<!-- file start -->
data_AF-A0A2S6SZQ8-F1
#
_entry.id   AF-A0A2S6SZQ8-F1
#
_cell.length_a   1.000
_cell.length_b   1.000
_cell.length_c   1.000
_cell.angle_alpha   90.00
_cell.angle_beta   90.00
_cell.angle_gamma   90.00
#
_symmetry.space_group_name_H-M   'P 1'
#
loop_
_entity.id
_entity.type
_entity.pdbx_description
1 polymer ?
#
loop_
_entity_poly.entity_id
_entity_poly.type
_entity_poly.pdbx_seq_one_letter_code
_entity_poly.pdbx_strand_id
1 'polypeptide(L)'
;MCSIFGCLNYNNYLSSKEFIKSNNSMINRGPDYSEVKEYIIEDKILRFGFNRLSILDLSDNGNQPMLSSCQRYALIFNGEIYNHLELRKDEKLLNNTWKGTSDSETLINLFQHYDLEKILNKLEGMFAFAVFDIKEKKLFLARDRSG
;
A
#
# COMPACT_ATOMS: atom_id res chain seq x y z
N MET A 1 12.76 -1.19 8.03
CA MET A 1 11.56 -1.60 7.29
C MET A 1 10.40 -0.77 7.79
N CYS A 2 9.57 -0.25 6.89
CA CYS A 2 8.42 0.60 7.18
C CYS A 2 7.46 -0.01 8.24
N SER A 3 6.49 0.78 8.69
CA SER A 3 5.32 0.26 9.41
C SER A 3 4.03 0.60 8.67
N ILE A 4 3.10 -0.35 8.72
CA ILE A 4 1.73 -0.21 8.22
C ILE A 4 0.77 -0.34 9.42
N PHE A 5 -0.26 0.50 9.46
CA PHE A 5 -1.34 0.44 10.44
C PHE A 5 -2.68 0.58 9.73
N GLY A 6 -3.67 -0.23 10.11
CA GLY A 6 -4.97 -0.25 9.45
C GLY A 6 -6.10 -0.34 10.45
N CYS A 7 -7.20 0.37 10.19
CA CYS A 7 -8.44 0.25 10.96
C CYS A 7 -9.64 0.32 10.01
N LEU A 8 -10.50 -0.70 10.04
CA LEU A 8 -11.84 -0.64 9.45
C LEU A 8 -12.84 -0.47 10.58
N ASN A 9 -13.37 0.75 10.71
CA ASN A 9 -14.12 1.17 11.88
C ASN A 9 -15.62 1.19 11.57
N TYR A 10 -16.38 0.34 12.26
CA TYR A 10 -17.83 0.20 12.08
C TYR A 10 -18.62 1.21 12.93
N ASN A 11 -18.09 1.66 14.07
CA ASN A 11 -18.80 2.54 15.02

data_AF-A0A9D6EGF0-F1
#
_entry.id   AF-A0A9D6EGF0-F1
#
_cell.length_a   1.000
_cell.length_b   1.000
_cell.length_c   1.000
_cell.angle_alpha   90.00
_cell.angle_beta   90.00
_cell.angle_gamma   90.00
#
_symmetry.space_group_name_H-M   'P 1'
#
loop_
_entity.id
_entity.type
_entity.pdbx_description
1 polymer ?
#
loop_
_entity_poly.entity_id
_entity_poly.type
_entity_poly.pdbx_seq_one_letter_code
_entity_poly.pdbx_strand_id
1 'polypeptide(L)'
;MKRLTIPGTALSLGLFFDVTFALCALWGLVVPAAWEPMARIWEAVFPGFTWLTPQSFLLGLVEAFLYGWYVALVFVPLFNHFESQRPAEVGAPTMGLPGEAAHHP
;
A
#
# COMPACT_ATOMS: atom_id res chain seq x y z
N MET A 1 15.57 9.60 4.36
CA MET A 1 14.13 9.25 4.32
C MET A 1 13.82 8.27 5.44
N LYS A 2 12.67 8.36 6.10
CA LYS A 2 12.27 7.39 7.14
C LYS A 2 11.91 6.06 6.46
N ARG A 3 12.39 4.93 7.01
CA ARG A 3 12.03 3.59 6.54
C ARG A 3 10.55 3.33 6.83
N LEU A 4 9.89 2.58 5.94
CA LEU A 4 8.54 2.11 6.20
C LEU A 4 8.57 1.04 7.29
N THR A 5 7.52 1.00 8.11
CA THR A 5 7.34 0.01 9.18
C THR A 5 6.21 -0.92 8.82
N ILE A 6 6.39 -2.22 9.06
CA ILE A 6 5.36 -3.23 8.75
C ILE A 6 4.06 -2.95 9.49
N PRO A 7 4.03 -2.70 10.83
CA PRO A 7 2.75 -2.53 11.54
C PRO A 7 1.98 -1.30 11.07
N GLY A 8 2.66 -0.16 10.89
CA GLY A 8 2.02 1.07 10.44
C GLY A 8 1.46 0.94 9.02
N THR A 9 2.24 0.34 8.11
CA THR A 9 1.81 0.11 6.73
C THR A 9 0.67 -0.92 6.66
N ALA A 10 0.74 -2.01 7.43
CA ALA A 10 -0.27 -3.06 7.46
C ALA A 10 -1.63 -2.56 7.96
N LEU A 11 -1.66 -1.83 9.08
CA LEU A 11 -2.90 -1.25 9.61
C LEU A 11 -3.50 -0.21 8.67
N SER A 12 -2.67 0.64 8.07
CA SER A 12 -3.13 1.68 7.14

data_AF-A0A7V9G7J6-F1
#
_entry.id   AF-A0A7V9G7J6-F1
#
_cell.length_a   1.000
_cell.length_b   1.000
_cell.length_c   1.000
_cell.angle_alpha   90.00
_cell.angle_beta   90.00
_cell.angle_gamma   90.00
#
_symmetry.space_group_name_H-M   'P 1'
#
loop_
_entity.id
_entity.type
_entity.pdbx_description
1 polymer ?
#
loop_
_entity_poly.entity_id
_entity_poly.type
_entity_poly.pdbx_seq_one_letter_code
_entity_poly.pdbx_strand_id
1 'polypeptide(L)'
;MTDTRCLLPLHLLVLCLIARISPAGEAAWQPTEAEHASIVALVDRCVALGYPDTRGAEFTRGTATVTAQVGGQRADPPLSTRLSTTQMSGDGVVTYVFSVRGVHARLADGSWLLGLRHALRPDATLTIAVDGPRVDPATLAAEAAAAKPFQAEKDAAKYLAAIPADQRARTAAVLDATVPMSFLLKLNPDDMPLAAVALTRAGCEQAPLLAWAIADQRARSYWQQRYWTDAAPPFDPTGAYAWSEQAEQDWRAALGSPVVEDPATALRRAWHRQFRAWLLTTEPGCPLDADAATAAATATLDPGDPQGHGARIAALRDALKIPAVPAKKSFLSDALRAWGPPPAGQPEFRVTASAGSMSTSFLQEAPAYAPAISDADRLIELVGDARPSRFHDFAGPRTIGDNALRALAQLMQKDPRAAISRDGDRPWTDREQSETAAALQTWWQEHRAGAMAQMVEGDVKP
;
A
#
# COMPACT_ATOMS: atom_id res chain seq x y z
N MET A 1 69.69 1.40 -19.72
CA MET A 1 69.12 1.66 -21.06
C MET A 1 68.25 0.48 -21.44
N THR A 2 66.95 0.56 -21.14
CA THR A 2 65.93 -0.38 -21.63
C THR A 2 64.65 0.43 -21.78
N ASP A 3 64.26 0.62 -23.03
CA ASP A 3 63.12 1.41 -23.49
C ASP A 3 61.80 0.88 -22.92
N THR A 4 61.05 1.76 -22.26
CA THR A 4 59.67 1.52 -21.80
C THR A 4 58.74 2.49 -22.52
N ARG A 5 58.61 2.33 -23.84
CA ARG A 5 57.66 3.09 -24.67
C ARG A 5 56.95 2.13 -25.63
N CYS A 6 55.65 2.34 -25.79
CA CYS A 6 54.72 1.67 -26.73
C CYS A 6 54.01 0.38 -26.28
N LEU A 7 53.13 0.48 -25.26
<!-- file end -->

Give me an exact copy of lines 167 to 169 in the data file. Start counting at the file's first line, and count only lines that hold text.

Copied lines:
N THR A 4 61.05 1.76 -22.26
CA THR A 4 59.67 1.52 -21.80
C THR A 4 58.74 2.49 -22.52